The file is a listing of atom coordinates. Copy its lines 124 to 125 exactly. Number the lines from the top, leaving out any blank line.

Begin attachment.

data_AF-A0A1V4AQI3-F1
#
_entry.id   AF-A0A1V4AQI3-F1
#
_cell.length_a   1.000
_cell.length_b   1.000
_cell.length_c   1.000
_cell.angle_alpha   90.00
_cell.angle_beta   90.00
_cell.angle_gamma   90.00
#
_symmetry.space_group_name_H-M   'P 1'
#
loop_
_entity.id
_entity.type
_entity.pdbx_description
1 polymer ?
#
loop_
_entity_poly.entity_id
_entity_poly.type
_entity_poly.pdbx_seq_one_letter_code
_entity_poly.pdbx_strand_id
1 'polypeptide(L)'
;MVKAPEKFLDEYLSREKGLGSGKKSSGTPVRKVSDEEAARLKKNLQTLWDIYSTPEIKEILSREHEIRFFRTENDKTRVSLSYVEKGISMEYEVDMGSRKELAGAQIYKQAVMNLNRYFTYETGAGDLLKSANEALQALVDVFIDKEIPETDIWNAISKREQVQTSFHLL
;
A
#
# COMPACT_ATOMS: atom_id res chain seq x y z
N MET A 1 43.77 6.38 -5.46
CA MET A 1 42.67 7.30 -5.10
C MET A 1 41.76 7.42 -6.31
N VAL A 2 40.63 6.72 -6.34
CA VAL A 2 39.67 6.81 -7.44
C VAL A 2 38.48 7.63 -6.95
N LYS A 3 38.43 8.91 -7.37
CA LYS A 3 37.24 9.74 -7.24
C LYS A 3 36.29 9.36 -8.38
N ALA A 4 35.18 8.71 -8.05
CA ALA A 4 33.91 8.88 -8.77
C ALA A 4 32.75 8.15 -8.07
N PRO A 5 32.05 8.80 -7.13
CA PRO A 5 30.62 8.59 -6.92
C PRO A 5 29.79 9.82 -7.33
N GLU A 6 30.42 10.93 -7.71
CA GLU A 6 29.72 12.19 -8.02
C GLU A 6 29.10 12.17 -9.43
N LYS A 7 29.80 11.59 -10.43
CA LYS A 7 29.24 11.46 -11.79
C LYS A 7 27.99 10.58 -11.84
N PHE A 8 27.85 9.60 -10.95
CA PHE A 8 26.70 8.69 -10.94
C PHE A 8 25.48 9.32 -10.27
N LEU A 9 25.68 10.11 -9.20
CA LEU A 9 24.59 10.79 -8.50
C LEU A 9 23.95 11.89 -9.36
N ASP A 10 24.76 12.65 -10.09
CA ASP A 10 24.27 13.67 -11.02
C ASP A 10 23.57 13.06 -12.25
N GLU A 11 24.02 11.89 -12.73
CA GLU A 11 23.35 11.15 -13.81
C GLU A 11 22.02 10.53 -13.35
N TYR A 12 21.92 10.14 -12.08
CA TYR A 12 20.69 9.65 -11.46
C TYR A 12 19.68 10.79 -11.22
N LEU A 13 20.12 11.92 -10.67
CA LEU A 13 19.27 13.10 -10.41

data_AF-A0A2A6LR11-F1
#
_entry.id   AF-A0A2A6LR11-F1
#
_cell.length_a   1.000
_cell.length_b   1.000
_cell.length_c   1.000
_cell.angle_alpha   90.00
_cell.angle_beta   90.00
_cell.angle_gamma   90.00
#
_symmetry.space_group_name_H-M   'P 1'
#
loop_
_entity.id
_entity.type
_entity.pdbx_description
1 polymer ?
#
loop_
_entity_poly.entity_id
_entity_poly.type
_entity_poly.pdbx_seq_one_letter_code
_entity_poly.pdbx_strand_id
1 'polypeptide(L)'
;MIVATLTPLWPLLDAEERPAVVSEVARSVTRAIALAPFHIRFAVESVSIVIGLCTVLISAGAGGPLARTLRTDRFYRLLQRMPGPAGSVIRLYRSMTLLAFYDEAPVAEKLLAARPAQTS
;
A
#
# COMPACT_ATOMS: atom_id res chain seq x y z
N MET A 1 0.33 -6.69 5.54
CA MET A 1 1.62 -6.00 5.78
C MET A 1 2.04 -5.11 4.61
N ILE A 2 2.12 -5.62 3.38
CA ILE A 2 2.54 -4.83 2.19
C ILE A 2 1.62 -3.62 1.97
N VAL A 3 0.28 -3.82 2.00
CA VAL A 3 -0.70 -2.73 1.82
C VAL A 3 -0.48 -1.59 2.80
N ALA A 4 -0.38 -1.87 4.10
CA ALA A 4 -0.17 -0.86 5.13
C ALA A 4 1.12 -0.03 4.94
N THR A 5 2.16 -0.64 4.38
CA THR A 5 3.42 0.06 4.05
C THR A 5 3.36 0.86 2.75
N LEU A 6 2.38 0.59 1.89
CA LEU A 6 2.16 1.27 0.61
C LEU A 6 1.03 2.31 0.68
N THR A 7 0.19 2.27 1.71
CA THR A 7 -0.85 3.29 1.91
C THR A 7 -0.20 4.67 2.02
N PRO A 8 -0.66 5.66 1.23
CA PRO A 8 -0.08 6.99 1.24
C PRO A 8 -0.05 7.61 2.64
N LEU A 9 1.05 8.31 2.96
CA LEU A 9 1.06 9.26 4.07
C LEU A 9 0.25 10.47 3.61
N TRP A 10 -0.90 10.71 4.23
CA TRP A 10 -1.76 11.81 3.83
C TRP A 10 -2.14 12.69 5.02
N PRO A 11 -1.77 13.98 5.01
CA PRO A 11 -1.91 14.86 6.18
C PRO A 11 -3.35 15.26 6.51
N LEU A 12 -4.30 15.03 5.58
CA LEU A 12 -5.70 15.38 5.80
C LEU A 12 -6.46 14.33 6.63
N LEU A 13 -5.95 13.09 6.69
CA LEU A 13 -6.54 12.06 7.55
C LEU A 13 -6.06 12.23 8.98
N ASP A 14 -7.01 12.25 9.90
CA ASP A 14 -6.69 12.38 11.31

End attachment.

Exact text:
CA LEU A 9 1.06 9.26 4.07
C LEU A 9 0.25 10.47 3.61